Sunday, January 29, 2006

Bloviating Frenchman 'learns' about America




The popular French intellectual Bernard-Henri Lévy has recently published a book about American society he wrote while travelling througout the US. I haven't read this book yet, so I don't really have anything to say. I plan on reading it at Chapters when I have a chance- not sure if this book will be worth the money. I'll post my thoughts on the Levy's book after I take a look. The NYTimes however has posted a review and it's pretty scathing. For those of you who aren't registered at the NYTimes here's some samples:

Any American with a big urge to write a book explaining France to the French should read this book first, to get a sense of the hazards involved. Bernard-Henri Lévy is a French writer with a spatter-paint prose style and the grandiosity of a college sophomore; he rambled around this country at the behest of The Atlantic Monthly and now has worked up his notes into a sort of book. It is the classic Freaks, Fatties, Fanatics & Faux Culture Excursion beloved of European journalists for the past 50 years...

every 10 pages or so, Lévy walks into a wall. About Old Glory, for example. Someone has told him about the rules for proper handling of the flag, and from these (the flag must not be allowed to touch the ground, must be disposed of by burning) he has invented an American flag fetish, a national obsession, a cult of flag worship...

He worships Woody Allen and Charlie Rose in terms that would make Donald Trump cringe with embarrassment. He admires Warren Beatty, though he sees Beatty at a public event "among these rich and beautiful who, as always in America . . . form a masquerade of the living dead, each one more facelifted and mummified than the next, fierce, a little mutant-looking, inhuman, ultimately disappointing." Lévy is quite comfortable with phrases like "as always in America." Bombast comes naturally to him. Rain falls on the crowd gathered for the dedication of the Clinton library in Little Rock, and to Lévy, it signifies the demise of the Democratic Party. As always with French writers, Lévy is short on the facts, long on conclusions.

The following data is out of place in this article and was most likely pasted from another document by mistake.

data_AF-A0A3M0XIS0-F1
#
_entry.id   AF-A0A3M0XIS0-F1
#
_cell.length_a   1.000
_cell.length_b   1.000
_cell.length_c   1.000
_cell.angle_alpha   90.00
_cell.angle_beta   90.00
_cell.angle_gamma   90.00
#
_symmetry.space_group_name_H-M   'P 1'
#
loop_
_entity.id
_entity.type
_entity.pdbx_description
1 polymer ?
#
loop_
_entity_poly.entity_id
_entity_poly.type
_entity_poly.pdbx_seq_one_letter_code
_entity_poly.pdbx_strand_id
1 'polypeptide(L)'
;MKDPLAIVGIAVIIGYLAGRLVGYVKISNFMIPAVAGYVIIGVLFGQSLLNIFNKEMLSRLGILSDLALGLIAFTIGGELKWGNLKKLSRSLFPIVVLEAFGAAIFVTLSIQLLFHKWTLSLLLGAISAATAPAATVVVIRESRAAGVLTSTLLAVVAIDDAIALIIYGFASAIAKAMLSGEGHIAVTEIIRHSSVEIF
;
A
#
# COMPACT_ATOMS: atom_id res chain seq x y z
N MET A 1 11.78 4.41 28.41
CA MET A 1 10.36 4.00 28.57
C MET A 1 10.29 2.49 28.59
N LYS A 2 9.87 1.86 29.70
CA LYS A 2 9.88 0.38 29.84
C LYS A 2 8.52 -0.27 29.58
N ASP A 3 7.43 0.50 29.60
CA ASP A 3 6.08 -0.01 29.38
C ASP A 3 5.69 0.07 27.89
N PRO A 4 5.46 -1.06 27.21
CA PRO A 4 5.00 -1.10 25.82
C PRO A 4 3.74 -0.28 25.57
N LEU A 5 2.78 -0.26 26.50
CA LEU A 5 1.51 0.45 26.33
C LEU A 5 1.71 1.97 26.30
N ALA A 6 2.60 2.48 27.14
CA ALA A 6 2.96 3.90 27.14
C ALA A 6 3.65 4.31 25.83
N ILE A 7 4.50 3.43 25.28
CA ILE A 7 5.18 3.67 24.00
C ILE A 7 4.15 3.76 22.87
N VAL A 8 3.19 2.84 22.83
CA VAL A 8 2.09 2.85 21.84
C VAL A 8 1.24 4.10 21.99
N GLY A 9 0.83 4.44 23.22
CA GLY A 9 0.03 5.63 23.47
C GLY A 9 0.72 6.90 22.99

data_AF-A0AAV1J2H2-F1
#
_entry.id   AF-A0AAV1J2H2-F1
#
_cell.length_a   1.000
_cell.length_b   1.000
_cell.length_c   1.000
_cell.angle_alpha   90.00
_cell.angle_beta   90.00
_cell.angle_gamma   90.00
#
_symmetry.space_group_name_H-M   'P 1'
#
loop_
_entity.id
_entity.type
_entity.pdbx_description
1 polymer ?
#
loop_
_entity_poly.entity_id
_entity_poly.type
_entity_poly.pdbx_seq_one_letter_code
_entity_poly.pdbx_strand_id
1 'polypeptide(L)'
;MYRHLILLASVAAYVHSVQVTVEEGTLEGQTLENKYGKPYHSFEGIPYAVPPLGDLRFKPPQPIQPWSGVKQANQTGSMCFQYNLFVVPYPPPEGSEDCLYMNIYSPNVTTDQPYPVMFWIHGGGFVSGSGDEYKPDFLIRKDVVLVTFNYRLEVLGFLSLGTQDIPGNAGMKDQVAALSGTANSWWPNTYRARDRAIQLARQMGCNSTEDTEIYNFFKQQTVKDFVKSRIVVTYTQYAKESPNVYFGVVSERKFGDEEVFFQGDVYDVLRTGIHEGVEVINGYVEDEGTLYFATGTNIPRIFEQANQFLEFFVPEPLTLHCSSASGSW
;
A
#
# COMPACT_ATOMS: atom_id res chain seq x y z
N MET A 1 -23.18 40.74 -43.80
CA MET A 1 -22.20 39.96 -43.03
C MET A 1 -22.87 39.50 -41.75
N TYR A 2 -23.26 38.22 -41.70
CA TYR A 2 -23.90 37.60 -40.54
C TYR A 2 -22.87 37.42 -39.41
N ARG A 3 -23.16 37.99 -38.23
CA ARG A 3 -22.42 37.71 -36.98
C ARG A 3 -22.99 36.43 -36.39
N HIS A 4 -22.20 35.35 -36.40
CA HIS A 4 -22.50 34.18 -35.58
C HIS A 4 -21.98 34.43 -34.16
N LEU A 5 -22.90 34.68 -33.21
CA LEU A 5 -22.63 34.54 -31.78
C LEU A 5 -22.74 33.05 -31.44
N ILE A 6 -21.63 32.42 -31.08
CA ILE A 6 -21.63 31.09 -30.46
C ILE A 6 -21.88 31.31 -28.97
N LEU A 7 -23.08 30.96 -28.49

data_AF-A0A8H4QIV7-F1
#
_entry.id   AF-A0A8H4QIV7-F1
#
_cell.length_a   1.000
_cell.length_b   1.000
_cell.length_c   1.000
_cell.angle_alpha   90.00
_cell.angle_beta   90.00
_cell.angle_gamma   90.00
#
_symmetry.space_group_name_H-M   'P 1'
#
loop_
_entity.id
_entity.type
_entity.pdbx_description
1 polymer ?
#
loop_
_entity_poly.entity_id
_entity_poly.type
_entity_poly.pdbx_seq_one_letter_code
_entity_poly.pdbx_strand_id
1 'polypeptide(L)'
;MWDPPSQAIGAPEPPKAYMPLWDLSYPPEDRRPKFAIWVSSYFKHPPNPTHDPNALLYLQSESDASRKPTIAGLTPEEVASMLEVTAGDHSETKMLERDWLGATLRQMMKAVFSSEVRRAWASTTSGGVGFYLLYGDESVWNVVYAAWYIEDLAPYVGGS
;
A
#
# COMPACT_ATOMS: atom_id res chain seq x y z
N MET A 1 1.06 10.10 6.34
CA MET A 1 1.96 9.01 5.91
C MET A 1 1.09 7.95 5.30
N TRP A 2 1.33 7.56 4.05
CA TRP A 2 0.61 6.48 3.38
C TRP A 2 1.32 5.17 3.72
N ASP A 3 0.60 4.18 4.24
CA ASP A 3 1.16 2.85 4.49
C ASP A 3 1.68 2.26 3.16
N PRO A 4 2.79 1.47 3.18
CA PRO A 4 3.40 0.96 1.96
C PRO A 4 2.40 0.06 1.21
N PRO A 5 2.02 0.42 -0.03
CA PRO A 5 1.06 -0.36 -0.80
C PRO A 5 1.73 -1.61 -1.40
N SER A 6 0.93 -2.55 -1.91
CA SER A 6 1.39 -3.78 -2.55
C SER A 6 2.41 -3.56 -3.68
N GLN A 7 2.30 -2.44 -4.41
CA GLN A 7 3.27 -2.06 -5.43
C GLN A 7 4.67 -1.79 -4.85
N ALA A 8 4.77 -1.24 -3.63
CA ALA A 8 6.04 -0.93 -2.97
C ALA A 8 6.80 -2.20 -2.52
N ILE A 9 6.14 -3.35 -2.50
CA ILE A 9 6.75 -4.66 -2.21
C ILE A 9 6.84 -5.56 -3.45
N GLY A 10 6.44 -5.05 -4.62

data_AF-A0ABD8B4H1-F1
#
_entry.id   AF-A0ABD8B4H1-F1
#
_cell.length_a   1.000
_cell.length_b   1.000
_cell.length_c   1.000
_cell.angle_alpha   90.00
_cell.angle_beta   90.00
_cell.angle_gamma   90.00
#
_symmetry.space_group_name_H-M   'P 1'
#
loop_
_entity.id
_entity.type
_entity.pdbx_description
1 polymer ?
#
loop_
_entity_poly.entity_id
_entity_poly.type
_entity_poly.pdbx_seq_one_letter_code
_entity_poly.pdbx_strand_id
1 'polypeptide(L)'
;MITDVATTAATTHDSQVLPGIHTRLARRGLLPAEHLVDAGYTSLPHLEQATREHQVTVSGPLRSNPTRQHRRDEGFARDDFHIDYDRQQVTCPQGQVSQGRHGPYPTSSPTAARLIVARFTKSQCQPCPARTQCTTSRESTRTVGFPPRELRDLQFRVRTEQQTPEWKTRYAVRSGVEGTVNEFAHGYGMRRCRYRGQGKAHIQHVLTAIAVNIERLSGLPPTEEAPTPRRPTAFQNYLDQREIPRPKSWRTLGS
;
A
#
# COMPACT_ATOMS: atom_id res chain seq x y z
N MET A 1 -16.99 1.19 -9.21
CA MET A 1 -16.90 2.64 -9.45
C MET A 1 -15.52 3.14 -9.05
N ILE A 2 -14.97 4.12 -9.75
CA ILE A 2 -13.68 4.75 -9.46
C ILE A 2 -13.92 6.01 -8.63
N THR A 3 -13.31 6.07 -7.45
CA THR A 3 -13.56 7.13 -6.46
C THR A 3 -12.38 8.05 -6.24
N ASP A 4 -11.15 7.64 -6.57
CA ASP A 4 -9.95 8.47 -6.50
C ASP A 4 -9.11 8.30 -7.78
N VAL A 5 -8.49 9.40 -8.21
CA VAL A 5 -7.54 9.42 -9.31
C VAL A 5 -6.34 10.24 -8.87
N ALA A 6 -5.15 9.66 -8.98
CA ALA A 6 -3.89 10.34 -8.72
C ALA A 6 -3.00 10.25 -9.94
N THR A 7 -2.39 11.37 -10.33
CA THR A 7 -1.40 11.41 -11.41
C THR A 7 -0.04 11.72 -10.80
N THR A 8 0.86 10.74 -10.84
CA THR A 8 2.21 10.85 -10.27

And good Lord, the childlike love of paradox - America is magnificent but mad, greedy and modest, drunk with materialism and religiosity, puritan and outrageous, facing toward the future and yet obsessed with its memories. Americans' party loyalty is "very strong and very pliable, extremely tenacious and in the end somewhat empty...

America is changing, he concludes, but America will endure. "I still don't think there's reason to despair of this country. No matter how many derangements, dysfunctions, driftings there may be . . . no matter how fragmented the political and social space may be; despite this nihilist hypertrophy of petty antiquarian memory; despite this hyperobesity - increasingly less metaphorical - of the great social bodies that form the invisible edifice of the country; despite the utter misery of the ghettos . . . I can't manage to convince myself of the collapse, heralded in Europe, of the American model."

Thanks, pal. I don't imagine France collapsing anytime soon either. Thanks for coming. Don't let the door hit you on the way out. For your next book, tell us about those riots in France, the cars burning in the suburbs of Paris. What was that all about? Were fat people involved?


Ouch. A very damning review. Actually I can't remember the last time I read such a hostile review in the NYTimes. Interestingly, when their reviewers trash they're usually more dismissive than full of bile. This review is definitely full of bile. Levy obviously hit a nerve, and I'm pretty sure that's what he wanted to do. Not too sure how much I trust the reviewer. While I can see his point on bombast and hyperbole in the numerous examples he provides; the article just seems too incoherent and petty for his conclusions to be taken at face value. Levy's book should be an interesting read.




P.S. Isn't it interesting that Levy, at least by the standards of the French intelligensia, is considered to be somewhat sympathetic to the USA. With friends like these...

2 Comments:

Blogger Debbie said...

This certainly doesn't sound like its worth the paper that its printed on. :)

Thanks for saving me a buck or two.

3:28 PM  
Blogger Lynn Green said...

I wonder if Alexis de Tocqueville got a few Bronx cheers after writing "Democracy in America

3:30 PM  

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